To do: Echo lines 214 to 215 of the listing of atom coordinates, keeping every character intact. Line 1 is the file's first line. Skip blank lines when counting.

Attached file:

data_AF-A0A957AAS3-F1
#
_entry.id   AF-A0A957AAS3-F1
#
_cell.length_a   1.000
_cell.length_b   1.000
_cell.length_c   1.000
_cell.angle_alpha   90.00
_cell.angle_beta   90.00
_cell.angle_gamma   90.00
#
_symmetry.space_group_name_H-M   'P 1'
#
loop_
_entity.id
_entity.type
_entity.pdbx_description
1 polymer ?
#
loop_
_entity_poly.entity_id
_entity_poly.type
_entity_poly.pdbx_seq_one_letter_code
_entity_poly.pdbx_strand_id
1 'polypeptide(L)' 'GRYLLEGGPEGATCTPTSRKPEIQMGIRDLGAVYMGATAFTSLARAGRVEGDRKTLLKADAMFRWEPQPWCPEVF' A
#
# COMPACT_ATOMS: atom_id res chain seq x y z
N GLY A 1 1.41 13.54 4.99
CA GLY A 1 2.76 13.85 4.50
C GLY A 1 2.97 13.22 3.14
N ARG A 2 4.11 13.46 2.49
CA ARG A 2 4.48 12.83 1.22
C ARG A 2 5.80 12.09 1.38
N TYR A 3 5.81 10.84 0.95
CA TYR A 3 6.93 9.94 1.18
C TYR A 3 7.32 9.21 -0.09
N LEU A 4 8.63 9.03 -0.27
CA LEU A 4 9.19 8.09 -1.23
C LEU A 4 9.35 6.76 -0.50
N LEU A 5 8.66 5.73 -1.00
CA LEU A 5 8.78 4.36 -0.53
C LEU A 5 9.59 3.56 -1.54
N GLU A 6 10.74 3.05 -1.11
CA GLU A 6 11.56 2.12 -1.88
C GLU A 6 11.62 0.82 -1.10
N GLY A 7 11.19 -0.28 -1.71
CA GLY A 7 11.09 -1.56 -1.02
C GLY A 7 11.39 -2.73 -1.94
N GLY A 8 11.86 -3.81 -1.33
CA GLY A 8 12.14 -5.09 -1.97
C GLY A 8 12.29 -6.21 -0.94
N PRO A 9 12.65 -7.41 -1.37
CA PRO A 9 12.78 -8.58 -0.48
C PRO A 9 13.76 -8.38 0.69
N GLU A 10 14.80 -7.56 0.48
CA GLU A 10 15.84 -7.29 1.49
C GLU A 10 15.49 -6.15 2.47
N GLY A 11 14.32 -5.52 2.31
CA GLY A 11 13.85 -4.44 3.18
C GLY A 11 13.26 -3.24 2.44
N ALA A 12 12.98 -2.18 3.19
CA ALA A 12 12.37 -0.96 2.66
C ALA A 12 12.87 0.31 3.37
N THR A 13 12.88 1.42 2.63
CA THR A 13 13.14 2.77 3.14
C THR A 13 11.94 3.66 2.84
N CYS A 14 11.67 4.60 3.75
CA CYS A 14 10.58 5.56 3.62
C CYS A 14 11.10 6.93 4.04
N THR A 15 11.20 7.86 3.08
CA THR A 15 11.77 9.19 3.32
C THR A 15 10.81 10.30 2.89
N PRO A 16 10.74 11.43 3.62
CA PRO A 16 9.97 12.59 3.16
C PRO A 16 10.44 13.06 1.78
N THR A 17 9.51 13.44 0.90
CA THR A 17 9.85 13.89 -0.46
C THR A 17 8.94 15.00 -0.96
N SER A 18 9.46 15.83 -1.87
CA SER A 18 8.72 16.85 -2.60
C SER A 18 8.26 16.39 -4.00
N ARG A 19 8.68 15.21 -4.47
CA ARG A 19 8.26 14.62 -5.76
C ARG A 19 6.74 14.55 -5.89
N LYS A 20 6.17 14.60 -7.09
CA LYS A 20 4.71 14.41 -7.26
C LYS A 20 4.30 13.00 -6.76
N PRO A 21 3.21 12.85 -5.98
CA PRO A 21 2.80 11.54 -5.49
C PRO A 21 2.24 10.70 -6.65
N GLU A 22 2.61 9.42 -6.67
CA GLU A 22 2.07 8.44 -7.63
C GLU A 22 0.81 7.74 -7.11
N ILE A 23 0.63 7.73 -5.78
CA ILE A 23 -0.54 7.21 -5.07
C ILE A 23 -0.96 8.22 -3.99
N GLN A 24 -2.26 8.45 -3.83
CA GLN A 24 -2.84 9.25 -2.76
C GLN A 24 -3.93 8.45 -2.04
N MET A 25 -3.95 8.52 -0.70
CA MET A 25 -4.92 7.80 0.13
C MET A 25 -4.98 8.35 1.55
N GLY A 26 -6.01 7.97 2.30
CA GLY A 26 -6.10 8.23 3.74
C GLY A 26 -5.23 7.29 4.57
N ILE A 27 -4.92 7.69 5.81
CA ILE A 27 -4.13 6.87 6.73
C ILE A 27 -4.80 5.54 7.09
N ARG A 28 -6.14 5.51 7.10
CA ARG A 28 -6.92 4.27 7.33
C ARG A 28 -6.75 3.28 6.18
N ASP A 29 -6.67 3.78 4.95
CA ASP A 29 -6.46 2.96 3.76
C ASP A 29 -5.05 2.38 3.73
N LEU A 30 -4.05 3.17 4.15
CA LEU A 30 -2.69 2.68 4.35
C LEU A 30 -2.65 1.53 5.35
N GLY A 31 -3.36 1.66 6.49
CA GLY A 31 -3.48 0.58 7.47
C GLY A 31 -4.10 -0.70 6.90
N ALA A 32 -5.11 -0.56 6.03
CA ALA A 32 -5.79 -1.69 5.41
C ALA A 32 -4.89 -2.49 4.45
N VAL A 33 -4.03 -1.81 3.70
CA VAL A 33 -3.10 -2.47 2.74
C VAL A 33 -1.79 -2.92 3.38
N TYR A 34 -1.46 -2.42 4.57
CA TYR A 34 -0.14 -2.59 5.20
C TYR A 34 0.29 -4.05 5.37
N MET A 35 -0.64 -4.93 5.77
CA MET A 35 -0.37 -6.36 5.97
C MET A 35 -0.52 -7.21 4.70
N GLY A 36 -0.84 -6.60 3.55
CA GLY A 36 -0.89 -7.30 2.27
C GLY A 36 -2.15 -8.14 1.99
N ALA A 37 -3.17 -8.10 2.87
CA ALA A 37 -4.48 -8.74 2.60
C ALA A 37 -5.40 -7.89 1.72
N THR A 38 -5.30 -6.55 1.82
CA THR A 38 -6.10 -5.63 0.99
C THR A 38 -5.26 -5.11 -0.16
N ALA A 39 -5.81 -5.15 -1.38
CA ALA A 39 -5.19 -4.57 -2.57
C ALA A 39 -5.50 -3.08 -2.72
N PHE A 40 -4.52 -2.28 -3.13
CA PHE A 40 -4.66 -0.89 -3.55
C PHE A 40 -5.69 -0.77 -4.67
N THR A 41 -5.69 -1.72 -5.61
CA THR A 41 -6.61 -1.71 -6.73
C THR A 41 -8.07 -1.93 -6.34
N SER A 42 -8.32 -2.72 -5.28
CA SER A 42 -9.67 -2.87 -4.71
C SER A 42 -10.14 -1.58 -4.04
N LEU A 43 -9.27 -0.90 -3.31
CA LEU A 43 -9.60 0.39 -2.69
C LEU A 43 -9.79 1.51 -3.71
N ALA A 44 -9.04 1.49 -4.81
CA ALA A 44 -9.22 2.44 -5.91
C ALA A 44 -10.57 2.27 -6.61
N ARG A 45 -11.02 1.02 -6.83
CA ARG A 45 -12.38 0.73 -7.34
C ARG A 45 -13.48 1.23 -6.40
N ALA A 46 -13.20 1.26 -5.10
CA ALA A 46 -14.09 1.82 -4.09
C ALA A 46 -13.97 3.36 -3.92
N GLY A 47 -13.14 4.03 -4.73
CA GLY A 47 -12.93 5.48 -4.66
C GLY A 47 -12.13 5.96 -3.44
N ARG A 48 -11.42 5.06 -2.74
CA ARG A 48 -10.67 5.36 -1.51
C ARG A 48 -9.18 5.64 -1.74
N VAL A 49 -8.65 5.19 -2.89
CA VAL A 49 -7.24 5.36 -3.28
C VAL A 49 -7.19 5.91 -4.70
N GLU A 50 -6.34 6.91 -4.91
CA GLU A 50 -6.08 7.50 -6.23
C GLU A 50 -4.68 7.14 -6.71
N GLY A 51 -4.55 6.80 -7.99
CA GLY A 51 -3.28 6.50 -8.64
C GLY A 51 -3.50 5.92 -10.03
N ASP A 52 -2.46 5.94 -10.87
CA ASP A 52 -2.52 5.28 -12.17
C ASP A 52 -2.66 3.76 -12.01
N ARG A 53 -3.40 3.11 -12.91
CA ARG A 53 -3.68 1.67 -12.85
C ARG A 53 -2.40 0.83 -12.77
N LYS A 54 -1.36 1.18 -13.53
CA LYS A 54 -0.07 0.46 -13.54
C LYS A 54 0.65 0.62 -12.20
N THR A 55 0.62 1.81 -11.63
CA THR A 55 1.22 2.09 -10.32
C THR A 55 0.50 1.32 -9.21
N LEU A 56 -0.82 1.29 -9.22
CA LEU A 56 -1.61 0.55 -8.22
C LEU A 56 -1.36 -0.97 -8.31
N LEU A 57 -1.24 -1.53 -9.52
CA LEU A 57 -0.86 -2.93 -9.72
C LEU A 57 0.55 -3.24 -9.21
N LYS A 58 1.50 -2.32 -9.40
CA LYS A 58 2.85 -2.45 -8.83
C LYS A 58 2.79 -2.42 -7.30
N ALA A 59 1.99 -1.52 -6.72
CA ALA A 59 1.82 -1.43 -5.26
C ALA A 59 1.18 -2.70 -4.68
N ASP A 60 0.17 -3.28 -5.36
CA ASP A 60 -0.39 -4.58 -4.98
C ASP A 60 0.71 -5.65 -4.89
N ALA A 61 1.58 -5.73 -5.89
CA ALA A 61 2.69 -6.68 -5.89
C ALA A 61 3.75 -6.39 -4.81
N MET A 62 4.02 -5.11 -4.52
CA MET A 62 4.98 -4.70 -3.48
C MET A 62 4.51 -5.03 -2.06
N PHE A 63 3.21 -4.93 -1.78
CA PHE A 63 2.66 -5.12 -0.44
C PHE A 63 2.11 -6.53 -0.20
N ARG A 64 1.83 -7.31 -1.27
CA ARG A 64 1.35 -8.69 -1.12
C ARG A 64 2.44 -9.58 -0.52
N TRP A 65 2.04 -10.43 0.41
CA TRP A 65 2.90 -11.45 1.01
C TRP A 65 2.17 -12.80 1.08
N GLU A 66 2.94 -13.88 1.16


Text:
N PHE A 63 3.21 -4.93 -1.78
CA PHE A 63 2.66 -5.12 -0.44